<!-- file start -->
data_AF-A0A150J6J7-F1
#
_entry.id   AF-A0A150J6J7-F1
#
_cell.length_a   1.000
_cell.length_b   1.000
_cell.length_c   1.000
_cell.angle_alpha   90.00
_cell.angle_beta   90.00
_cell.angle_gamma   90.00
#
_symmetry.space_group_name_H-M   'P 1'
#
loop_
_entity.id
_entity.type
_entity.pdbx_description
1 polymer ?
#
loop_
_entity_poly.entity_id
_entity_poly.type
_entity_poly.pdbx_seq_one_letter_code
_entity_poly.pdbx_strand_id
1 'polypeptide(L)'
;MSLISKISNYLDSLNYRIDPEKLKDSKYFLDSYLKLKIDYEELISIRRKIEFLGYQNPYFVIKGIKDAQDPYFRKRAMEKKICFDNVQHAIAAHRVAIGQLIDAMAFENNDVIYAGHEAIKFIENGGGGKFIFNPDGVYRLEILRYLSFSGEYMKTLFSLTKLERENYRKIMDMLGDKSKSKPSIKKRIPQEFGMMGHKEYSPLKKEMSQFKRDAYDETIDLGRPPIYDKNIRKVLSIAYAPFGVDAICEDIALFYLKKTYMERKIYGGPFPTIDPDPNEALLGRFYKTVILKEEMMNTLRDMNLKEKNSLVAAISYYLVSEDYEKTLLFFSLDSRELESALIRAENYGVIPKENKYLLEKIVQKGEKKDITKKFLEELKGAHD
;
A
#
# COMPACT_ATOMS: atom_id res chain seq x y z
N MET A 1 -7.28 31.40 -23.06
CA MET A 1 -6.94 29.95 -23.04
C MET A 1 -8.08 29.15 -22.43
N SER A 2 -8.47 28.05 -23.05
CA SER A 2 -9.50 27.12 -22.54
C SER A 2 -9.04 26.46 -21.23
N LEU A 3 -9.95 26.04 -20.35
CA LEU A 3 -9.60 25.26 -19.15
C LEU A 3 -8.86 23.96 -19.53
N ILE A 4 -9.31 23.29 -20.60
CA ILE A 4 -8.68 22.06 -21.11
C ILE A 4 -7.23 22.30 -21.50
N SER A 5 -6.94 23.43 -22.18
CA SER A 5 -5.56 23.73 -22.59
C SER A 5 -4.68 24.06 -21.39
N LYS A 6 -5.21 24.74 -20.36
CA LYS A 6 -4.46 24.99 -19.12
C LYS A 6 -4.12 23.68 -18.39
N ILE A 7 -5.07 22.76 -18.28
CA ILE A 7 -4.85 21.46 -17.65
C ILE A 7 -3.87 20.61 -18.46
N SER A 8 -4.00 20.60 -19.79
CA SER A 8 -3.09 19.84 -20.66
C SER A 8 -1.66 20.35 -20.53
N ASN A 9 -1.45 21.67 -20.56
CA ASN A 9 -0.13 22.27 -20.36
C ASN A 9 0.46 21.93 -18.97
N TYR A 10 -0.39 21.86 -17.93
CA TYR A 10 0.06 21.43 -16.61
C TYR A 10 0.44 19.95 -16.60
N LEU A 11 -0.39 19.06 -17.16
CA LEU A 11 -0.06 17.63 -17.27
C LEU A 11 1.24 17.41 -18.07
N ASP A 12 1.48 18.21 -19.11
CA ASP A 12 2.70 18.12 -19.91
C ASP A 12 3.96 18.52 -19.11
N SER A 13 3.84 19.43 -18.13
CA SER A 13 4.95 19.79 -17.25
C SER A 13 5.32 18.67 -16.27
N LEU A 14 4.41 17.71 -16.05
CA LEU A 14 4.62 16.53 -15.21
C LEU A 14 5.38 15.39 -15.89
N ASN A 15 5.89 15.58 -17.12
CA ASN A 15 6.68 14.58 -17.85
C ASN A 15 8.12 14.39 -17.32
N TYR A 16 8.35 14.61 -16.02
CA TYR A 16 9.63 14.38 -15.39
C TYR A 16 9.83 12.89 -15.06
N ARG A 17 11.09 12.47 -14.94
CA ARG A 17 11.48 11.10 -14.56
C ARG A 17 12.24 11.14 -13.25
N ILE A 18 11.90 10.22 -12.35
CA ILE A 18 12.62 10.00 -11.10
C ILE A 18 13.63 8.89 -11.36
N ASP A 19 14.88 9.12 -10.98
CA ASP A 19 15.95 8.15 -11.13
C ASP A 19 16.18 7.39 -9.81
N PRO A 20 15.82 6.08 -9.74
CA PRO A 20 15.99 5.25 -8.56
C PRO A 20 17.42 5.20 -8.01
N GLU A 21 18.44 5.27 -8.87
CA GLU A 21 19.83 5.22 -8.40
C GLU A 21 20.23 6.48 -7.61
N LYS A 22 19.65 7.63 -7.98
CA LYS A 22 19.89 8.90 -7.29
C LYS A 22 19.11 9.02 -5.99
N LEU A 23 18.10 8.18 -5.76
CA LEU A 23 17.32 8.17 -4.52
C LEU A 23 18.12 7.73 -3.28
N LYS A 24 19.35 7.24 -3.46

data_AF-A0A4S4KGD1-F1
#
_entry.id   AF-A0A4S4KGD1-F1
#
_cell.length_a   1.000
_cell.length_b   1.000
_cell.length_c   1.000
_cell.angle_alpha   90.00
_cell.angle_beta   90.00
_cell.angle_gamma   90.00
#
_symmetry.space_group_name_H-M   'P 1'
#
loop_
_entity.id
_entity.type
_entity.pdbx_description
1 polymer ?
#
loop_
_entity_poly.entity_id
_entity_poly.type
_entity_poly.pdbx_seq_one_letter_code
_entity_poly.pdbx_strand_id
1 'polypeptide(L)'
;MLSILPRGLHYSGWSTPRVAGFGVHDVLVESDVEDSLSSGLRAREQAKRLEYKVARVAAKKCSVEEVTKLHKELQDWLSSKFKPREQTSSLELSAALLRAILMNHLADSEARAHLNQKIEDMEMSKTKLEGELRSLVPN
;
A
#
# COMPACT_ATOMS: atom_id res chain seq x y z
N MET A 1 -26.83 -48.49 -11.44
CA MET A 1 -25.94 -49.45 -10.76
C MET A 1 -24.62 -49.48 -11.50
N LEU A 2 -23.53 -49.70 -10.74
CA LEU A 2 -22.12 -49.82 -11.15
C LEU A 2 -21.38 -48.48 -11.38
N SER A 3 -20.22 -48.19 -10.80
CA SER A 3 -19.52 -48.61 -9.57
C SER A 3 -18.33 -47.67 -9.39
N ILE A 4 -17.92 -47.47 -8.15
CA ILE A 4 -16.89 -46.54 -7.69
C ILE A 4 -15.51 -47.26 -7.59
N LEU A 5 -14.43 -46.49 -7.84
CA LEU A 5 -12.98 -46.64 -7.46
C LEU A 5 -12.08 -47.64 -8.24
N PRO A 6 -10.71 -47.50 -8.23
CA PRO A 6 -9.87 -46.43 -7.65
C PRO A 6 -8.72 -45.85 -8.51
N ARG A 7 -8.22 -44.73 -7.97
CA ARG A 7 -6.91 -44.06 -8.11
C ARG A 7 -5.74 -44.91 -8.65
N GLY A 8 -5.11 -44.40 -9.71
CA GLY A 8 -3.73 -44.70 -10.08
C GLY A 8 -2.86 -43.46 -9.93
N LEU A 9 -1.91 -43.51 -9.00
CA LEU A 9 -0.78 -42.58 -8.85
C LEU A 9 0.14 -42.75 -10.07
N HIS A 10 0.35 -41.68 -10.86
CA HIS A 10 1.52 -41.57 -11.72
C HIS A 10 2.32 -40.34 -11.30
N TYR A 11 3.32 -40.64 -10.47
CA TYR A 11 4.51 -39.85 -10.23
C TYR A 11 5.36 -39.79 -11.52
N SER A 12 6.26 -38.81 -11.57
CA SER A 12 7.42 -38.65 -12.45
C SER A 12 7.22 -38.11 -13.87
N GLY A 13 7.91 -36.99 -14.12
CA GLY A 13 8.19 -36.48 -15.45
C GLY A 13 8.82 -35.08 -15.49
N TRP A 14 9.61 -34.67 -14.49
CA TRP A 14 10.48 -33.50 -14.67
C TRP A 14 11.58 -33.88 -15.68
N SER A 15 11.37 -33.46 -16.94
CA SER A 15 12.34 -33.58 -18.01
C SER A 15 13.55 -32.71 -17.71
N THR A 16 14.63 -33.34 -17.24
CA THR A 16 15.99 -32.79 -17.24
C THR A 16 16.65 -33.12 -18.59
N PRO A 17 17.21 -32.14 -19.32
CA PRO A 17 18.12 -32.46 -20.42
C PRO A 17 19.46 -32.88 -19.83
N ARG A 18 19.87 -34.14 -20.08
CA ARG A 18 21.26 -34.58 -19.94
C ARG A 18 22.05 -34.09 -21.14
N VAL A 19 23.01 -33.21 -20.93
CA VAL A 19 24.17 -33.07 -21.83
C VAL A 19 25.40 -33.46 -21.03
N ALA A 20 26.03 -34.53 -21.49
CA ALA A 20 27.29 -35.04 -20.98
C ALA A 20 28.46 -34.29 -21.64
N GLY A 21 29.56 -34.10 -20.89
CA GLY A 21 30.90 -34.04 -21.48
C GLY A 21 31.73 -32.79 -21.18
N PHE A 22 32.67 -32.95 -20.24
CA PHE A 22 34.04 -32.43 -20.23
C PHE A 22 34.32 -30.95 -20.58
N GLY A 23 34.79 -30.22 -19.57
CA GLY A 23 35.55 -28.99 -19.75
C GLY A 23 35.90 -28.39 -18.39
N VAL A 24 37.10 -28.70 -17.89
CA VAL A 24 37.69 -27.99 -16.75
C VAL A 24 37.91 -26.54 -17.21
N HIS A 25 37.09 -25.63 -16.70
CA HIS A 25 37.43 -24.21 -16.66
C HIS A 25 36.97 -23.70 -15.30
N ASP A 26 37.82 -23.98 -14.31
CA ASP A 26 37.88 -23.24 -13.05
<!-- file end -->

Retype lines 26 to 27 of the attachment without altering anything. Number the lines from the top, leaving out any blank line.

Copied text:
;MSLISKISNYLDSLNYRIDPEKLKDSKYFLDSYLKLKIDYEELISIRRKIEFLGYQNPYFVIKGIKDAQDPYFRKRAMEKKICFDNVQHAIAAHRVAIGQLIDAMAFENNDVIYAGHEAIKFIENGGGGKFIFNPDGVYRLEILRYLSFSGEYMKTLFSLTKLERENYRKIMDMLGDKSKSKPSIKKRIPQEFGMMGHKEYSPLKKEMSQFKRDAYDETIDLGRPPIYDKNIRKVLSIAYAPFGVDAICEDIALFYLKKTYMERKIYGGPFPTIDPDPNEALLGRFYKTVILKEEMMNTLRDMNLKEKNSLVAAISYYLVSEDYEKTLLFFSLDSRELESALIRAENYGVIPKENKYLLEKIVQKGEKKDITKKFLEELKGAHD
;